Feminine form of KENNETH.
KENNA   f   Scottish
Feminine form of KENNETH.
KENNETH   m   Scottish, English, Swedish, Norwegian, Danish
Anglicized form of both COINNEACH and CINÁED. This name was borne by the Scottish king Kenneth (Cináed) mac Alpin, who united the Scots and Picts in the 9th century... [more]
KENNY   m   Scottish, English
Diminutive of KENNETH.
KENTIGERN   m   Scottish
Possibly means "chief lord" in Gaelic. This was the name of a 6th-century saint from Glasgow.
KERR   m   Scottish, English (Rare)
From a Scottish surname which was derived from a place name meaning "rough wet ground" in Old Norse.
KESTER   m   Scottish
Scottish form of CHRISTOPHER.
KIRSTEEN   f   Scottish
Variant of KIRSTIN.
KIRSTIE   f   Scottish
Diminutive of KIRSTIN.
KIRSTIN   f   Scottish
Scottish form of CHRISTINA.
KIRSTY   f   Scottish
Diminutive of KIRSTIN.
LABHRAINN   m   Scottish
Scottish form of LAURENCE (1).
LACHIE   m   Scottish
Diminutive of LACHLAN.
LACHINA   f   Scottish
Feminine form of LACHLAN.
LACHLAN   m   Scottish, English (Australian)
Originally a Scottish nickname for a person who was from Norway. In Scotland, Norway was known as the "land of the lochs", or Lochlann.
LAUCHLAN   m   Scottish
Variant of LACHLAN.
LENNON   m   Scottish, English (Rare)
Anglicized form of the Irish surname Ó Leannáin, which means "descendant of Leannán". The name Leannán means "lover" in Gaelic... [more]
LENNOX   m   Scottish, English (Rare)
From a Scottish surname which was derived from the name of a district in Scotland. The district, called Leamhnachd in Gaelic, possibly means "place of elms".
LENOX   m   Scottish, English (Rare)
From a surname which was a variant of LENNOX.
LILEAS   f   Scottish
Scottish form of LILLIAN.
LILIAS   f   Scottish
Scottish form of LILLIAN.
LILLIAS   f   Scottish
Scottish form of LILLIAN.
LINDSAY   f & m   English, Scottish
From an English and Scottish surname which was originally derived from the name of the region Lindsey, which means "LINCOLN island" in Old English... [more]
LINDSEY   f & m   English, Scottish
Variant of LINDSAY.
LIÙSAIDH   f   Scottish
Scottish form of LUCIA.
LOCKIE   m   Scottish
Diminutive of LACHLAN.
LOGAN   m & f   Scottish, English
From a surname which was originally derived from a Scottish place name meaning "little hollow" in Scottish Gaelic.
MÁEL COLUIM   m   Scottish
Gaelic form of MALCOLM.
MAIGHREAD   f   Scottish
Scottish form of MARGARET.
MAIREAD   f   Scottish
Scottish form of MARGARET.
MÀIRI   f   Scottish
Scottish form of MARY.
MAISIE   f   Scottish
Diminutive of MAIREAD.
MALCOLM   m   Scottish, English
From Scottish Máel Coluim which means "disciple of Saint COLUMBA". This was the name of four kings of Scotland starting in the 10th century, including Malcolm III, who became king after killing Macbeth, the usurper who had murdered his father... [more]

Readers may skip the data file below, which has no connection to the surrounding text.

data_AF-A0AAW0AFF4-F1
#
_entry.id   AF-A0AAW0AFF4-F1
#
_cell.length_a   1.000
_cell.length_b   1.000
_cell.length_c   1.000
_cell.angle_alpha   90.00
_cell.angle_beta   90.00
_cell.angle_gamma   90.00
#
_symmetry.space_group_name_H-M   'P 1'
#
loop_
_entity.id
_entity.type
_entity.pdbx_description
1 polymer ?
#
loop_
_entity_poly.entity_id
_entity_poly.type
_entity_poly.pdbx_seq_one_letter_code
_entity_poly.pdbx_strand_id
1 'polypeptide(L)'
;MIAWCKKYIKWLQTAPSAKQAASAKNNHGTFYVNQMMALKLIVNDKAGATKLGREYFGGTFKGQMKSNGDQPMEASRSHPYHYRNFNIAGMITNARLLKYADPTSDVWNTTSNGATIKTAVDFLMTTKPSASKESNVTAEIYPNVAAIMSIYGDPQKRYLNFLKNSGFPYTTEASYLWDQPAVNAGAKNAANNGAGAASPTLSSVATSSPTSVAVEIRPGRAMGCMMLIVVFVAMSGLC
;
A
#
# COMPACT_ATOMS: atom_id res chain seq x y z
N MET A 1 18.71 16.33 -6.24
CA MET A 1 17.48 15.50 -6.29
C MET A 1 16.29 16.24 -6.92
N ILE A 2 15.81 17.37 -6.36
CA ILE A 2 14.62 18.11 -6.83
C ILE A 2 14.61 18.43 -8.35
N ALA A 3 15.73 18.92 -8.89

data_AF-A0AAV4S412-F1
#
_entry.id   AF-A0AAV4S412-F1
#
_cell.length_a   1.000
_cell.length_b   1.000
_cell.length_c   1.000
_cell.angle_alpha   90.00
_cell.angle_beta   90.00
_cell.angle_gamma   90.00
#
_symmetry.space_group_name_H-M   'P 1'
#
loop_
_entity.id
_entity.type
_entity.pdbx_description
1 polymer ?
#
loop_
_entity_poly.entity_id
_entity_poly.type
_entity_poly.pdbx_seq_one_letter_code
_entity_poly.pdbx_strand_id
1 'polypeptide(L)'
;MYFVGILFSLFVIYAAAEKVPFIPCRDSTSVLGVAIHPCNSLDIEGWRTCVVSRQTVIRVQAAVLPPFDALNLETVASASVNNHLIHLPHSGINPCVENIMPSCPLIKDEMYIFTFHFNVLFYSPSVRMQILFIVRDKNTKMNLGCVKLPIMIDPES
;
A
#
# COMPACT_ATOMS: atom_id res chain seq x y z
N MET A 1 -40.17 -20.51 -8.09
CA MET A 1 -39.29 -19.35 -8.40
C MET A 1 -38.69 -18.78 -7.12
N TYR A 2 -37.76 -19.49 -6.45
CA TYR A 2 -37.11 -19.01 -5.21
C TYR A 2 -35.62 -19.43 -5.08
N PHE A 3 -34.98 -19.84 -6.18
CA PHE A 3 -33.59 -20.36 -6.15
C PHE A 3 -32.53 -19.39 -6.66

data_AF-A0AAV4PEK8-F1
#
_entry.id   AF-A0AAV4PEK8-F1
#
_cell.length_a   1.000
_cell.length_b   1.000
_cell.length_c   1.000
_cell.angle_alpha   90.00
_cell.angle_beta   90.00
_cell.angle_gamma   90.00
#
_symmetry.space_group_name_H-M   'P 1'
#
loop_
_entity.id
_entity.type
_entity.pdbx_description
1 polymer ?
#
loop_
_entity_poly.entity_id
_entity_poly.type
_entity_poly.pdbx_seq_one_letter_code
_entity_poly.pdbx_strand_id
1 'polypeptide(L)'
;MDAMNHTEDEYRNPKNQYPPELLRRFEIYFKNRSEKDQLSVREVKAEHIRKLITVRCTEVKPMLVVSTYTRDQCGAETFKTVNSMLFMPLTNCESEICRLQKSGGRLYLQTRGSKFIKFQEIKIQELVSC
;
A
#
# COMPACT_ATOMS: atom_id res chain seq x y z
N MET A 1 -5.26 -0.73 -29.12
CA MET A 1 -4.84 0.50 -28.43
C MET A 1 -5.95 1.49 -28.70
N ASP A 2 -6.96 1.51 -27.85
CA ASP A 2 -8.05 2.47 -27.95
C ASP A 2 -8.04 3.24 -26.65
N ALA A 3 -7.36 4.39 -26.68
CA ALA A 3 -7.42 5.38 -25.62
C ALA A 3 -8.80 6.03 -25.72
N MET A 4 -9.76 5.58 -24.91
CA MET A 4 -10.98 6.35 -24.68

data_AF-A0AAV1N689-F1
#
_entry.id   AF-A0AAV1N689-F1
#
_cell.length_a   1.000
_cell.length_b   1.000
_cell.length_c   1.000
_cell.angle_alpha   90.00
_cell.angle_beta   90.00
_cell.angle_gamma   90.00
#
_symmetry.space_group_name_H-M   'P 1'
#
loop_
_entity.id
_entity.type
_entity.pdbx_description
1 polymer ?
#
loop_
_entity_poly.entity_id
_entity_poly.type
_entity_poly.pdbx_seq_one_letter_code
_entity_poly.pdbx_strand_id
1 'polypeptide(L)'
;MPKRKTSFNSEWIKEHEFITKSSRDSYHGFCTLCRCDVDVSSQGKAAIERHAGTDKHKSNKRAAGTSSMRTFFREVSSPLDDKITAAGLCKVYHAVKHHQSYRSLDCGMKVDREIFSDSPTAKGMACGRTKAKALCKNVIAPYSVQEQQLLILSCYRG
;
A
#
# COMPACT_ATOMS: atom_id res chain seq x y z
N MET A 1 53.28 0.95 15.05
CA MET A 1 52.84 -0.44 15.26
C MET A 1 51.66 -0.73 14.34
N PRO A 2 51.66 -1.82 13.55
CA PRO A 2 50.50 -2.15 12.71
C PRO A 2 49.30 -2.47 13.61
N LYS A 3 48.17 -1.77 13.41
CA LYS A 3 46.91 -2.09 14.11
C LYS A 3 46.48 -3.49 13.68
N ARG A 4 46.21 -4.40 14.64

MALINA (1)   f   Scottish
Feminine form of MALCOLM.
MALVINA   f   Scottish, English, Literature
Created by the poet James MacPherson in the 18th century for a character in his Ossian poems. He probably intended it to mean "smooth brow" in Gaelic.
MAOILIOS   m   Scottish
Means "servant of JESUS" in Scottish Gaelic.
MARCAS   m   Irish, Scottish
Irish and Scottish form of MARK.
MARSAILI   f   Scottish
Scottish form of both MARJORIE and MARCELLA.
MAURA (2)   f   Irish, Scottish, English
Anglicized form of MÁIRE. It has also been associated with Gaelic mór meaning "great". This was the name of an obscure 5th-century Irish or Scottish martyr.
MHAIRI   f   Scottish
Vocative form of MÀIRI.
MÌCHEAL   m   Scottish
Scottish form of MICHAEL.
MICHEIL   m   Scottish
Scottish Gaelic form of MICHAEL.
MOIRA   f   Irish, Scottish, English
Anglicized form of MÁIRE. It also coincides with Greek Μοιρα (Moira) meaning "fate, destiny", the singular of Μοιραι, the Greek name for the Fates... [more]
MONROE   m   Scottish, English
From a Scottish surname meaning "from the mouth of the Roe". The Roe is a river in Ireland. Two famous bearers of the surname were American president James Monroe (1758-1831) and American actress Marilyn Monroe (1926-1962).
MÓR   f   Scottish, Irish
Means "great" in Gaelic. It is sometimes translated into English as SARAH.
MORAG   f   Scottish
Diminutive of MÓR.
MORAY   m   Scottish
Variant of MURRAY.
MORNA   f   Irish, Scottish
Anglicized form of MUIRNE.
MORVEN   f   Scottish
From a Scottish place name meaning "big gap". This was the name of Fingal's kingdom in James Macpherson's poems.
MOYNA   f   Irish, Scottish
Variant of MONA (1).
MOYRA   f   Irish, Scottish
Variant of MOIRA.
MUIR   m   Scottish
From a surname which was originally taken from a Scottish place name meaning "moor, fen". It also means "sea" in Scottish Gaelic.
MUIREADHACH   m   Irish, Scottish
Modern form of MUIREDACH.
MUIREALL   f   Scottish